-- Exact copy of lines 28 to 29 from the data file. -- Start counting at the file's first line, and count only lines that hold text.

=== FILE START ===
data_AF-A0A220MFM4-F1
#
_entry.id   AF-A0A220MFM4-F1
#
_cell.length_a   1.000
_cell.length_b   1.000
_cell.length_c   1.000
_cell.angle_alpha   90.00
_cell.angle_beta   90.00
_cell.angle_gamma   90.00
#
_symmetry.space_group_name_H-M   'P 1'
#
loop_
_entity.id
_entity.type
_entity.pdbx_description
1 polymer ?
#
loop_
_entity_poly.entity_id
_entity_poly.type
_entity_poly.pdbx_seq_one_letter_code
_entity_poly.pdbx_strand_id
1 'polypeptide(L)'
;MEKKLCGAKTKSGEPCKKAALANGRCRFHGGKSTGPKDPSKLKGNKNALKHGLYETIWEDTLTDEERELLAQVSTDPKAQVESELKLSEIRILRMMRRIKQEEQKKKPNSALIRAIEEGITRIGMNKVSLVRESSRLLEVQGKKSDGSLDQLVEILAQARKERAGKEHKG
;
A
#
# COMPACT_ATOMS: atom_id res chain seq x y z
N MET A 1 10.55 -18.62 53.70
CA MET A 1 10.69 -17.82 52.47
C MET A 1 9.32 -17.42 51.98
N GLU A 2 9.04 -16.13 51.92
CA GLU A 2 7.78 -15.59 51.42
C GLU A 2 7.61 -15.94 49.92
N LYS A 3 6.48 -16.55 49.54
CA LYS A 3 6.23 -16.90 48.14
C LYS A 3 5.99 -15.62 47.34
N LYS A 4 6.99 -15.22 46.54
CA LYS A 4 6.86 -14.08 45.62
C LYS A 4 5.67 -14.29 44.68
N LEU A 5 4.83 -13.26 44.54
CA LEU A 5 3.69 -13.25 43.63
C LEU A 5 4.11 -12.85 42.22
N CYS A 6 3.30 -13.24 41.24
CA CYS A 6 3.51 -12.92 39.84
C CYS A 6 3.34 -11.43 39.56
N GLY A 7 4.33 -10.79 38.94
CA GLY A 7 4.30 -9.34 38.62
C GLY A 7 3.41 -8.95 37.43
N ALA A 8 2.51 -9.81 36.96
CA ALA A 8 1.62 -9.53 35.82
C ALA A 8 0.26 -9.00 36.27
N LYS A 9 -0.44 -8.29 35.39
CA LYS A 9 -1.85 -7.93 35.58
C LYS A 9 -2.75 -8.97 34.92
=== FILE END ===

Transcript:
A
#